The Waterwheel

In a watermill, the waterwheel is the primary source of power to operate the mill. Without a wheel, and an adequate supply of water, a watermill cannot work. Although the millpond still survives, New Hall Mill lost the water supply from the Ebrook to the millpond in 1964 during river realignment to reduce flooding in the Sutton Coldfield area. The mill now relies upon a small spring and local drainage into the remaining length of the original leat and recycling water.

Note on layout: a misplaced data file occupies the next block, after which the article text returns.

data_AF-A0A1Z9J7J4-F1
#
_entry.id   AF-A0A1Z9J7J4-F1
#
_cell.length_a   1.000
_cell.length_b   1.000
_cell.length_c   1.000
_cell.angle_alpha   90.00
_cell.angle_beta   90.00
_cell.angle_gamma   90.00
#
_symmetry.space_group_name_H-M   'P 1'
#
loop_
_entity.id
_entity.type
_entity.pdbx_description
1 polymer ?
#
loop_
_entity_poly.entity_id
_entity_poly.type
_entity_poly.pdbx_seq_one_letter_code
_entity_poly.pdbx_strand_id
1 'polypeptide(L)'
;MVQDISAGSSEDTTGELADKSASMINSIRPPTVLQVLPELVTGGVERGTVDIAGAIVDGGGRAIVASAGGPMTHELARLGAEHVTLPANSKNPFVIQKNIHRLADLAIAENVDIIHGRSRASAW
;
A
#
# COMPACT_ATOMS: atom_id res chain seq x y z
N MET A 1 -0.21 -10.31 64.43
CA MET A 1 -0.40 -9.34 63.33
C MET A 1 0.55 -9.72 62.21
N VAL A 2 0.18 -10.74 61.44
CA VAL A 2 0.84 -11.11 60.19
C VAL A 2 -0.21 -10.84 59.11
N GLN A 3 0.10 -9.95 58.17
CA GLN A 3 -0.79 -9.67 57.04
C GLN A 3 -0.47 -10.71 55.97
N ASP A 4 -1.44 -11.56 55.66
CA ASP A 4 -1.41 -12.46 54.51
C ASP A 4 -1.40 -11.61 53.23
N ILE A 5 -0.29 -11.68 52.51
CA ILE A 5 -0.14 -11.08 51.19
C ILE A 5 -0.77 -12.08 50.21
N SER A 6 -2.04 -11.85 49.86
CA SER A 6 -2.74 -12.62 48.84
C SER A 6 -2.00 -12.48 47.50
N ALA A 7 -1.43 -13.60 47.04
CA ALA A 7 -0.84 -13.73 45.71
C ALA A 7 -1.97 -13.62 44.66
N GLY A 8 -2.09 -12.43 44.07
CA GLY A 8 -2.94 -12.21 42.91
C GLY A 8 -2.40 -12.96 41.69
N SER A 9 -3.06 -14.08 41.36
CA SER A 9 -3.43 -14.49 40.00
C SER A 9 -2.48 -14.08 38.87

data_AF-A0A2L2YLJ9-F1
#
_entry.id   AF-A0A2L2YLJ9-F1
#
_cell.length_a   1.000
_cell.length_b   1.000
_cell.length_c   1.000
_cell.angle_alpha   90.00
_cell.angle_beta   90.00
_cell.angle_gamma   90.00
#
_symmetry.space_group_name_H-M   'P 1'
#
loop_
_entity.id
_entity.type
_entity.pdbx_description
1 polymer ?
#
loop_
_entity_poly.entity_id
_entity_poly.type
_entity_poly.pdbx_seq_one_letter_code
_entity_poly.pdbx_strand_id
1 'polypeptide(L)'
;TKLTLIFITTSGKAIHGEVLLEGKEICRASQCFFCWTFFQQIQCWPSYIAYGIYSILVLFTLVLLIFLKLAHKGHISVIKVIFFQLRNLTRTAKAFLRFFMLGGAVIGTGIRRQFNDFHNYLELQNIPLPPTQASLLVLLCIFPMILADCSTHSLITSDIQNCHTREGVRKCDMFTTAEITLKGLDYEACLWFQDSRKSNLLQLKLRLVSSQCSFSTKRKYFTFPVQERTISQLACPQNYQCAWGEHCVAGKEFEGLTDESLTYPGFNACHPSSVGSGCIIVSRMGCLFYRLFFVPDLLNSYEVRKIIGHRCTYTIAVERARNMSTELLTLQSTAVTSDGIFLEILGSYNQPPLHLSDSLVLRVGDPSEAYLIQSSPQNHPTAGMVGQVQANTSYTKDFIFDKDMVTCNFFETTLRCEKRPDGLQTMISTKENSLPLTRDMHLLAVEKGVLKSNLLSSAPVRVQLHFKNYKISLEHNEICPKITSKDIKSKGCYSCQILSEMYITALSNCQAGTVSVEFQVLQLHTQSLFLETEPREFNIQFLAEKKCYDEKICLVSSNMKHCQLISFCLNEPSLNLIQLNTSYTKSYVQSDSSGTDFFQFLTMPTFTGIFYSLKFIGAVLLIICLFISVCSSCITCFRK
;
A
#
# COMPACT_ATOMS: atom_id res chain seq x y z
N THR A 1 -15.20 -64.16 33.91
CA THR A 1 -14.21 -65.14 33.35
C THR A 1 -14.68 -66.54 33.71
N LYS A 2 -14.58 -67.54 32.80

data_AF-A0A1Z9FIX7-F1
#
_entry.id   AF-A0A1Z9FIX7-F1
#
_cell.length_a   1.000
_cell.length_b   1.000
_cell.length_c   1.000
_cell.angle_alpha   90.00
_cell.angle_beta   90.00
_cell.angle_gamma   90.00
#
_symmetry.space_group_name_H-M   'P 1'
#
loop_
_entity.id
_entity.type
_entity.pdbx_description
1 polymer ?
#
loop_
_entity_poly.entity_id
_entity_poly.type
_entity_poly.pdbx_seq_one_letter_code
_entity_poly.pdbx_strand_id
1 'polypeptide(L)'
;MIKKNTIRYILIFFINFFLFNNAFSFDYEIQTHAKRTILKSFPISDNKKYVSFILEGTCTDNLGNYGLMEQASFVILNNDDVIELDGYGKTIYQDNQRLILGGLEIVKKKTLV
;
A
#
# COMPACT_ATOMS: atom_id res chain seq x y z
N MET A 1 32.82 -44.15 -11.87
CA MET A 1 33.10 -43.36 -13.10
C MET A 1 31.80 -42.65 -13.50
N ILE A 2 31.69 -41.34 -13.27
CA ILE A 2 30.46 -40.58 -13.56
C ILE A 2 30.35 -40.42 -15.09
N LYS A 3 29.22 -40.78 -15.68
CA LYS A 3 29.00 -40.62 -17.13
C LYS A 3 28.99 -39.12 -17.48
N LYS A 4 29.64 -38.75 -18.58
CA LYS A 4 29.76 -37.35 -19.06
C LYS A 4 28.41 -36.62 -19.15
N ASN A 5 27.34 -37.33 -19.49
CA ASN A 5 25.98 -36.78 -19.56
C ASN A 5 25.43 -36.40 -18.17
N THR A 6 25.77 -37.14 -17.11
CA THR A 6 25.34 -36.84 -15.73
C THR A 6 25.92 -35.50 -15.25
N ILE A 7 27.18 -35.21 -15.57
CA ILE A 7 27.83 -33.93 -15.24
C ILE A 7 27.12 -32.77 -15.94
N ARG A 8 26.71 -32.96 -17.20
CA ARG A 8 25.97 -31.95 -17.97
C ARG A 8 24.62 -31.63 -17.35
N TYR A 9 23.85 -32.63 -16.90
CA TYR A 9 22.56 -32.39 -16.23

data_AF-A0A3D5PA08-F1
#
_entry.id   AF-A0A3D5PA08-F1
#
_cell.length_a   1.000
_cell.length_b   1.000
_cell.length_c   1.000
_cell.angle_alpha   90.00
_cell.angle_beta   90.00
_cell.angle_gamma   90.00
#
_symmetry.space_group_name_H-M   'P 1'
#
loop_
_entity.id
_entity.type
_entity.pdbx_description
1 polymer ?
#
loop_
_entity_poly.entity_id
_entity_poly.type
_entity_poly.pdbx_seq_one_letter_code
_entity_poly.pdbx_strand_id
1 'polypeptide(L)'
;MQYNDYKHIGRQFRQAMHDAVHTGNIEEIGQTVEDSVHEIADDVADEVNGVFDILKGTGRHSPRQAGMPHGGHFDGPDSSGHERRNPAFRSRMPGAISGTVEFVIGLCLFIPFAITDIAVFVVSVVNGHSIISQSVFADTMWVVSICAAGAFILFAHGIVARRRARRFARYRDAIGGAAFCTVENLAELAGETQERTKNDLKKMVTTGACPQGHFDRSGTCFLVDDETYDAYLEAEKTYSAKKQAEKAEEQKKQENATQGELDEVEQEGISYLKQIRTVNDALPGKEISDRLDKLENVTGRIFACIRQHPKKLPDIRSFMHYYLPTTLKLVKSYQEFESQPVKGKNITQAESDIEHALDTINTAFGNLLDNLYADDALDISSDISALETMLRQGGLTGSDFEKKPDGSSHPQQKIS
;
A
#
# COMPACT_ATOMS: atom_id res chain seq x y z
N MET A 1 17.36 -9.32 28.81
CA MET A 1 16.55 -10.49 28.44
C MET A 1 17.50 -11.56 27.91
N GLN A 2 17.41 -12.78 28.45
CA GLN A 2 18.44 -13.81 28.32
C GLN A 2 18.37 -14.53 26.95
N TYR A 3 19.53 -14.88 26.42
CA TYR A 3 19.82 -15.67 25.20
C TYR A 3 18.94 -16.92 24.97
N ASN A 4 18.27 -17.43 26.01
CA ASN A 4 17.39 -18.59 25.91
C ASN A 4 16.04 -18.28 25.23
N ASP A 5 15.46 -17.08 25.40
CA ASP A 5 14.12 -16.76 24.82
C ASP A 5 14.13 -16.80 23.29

The wheel is an external overshot wheel, 11ft (3.35m) in diameter and 6ft (1.83m) wide, fitted with 36 buckets supported by two sets of six cast iron arms on an 8" iron shaft. The date of the water-wheel is unknown, but it is most likely to be between 1840 and 1910. The name "T. Price" is cast into the shroud but it is believed the wheel was made by George Turton of Kidderminster. Originally the buckets around the wheel were made of wood but these were replaced by metal in early 1997. The speed of the waterwheel is controlled by the Penstock, adjusted by the miller from inside the mill. Except for the Millstones, the only other item of machinery that is powered by the waterwheel is the Aspirator. After leaving the wheel, the water flows through a culvert under the mill and mill cottage and into a collecting tank. From here it is recycled back to the mill pond by an automatic electric pump.